B1 1.1 - Diet and Exercise
A healthy diet contains the correct amounts of carbohydrates; proteins; fats; vitamins and minerals; fibre and water. Carbohydrates, proteins and fats are used to release energy. A deficiency in any of these results in malnutrition.
How much energy do you need?
Food supplies energy to the muscles as they work. This means that the amount of exercise you do affects the amount of energy you need. Additionally, the temperature of your surroundings affects how much energy you need. In colder climates you need to eat more food as you are using more energy to keep your body temperature at a steady rate.
The metabolic rate
This is the speed at which chemical reactions take place in cells. This rate differs from person to person, for a number of reasons, e.g. the proportion of muscle to fat in your body. More exercise builds up more muscle and so the rate is faster. However, the basic metabolic rate is based on genetic factors you inherit from your parents.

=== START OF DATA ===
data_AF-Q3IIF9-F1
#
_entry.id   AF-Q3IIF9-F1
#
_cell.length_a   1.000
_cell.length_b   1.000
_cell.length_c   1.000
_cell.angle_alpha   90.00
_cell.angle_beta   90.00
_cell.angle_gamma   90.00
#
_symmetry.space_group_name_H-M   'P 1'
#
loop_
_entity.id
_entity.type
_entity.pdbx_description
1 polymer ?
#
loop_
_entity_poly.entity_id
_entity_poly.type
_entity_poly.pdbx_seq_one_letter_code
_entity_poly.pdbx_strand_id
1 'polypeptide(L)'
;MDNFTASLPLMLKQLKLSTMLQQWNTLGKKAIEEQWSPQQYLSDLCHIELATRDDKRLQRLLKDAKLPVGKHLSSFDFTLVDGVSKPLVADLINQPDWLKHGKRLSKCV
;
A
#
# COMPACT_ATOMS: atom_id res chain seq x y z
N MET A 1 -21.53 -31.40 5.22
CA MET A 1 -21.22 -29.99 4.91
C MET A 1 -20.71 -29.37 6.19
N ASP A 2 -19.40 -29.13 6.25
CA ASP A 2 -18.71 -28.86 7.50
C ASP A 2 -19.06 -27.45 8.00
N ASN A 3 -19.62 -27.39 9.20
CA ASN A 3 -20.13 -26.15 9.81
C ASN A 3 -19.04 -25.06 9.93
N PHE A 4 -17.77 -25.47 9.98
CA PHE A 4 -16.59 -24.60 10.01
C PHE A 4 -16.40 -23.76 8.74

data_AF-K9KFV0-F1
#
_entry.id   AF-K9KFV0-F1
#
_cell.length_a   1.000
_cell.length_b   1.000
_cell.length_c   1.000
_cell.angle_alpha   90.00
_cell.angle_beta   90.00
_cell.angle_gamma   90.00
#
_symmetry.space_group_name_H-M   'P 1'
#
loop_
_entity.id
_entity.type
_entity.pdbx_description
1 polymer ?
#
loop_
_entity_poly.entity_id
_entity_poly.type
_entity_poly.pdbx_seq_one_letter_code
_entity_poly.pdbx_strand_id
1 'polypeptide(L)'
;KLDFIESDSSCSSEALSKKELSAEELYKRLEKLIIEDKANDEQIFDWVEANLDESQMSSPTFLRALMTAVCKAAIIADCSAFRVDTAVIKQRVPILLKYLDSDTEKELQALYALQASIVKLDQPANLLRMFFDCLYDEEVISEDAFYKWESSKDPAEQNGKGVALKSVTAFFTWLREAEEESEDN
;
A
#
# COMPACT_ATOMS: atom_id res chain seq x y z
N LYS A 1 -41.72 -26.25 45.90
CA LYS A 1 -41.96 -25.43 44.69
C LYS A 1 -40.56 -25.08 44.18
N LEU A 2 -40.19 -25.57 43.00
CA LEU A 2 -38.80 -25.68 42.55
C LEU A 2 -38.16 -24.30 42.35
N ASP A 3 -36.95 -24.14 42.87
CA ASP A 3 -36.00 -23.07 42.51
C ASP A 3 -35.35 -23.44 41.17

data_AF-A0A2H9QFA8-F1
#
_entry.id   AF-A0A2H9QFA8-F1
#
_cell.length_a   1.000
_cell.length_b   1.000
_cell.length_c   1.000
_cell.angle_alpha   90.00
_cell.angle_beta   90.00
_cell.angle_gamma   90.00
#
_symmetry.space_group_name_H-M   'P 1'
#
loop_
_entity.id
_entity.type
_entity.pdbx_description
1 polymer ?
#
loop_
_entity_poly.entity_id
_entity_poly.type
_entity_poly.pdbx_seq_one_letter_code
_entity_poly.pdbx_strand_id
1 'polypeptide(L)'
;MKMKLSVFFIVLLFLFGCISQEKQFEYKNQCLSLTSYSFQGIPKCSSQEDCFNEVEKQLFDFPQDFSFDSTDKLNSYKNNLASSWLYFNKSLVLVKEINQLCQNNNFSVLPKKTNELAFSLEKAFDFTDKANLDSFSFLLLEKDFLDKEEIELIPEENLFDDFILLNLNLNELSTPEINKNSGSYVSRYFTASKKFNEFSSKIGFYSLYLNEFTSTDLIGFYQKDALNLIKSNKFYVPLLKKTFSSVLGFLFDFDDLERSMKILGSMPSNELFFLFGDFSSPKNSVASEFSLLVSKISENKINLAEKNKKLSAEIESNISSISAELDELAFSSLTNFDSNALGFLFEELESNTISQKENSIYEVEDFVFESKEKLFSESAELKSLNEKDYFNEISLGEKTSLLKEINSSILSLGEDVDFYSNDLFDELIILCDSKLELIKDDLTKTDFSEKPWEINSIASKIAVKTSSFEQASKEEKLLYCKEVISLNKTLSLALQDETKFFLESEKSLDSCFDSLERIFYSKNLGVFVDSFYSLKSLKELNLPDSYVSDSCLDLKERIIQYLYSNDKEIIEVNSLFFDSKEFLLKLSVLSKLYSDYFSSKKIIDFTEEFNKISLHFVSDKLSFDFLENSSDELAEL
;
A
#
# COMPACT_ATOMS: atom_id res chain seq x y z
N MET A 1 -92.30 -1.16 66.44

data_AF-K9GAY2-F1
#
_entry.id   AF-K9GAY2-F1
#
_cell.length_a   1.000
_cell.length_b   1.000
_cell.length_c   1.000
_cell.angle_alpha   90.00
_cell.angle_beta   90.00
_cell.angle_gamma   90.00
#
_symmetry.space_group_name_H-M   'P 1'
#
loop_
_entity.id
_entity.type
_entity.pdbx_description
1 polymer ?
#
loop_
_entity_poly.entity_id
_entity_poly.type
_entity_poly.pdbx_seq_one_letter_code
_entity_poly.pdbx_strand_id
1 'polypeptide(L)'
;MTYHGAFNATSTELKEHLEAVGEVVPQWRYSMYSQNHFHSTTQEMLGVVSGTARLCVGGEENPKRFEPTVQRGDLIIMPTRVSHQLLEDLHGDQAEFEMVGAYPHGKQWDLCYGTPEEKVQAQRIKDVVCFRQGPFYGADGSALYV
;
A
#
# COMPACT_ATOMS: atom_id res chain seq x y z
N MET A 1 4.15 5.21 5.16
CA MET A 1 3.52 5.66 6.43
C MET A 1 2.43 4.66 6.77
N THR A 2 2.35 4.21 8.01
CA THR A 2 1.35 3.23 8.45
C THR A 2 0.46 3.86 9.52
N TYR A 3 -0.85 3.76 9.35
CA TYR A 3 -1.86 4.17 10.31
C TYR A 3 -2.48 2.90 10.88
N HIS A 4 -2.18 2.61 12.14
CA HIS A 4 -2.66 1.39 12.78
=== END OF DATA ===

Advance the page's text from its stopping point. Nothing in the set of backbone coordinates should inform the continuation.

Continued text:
B1 1.2 - Weight problems
When more energy is taken in than required, the excess is stored as fat. Some fat is required to cushion internal organs and act as an energy store. However, too much fat leads to obesity.
Obesity can cause health problems such as arthritis, type 2 diabetes, high blood pressure and heart disease.
To reduce the amount of energy you take in, cut down on the foods you eat and to do more exercise. This will reduce your overall body mass.
However, a lack of food results in deficiency diseases as a result of mineral ions and vitamins.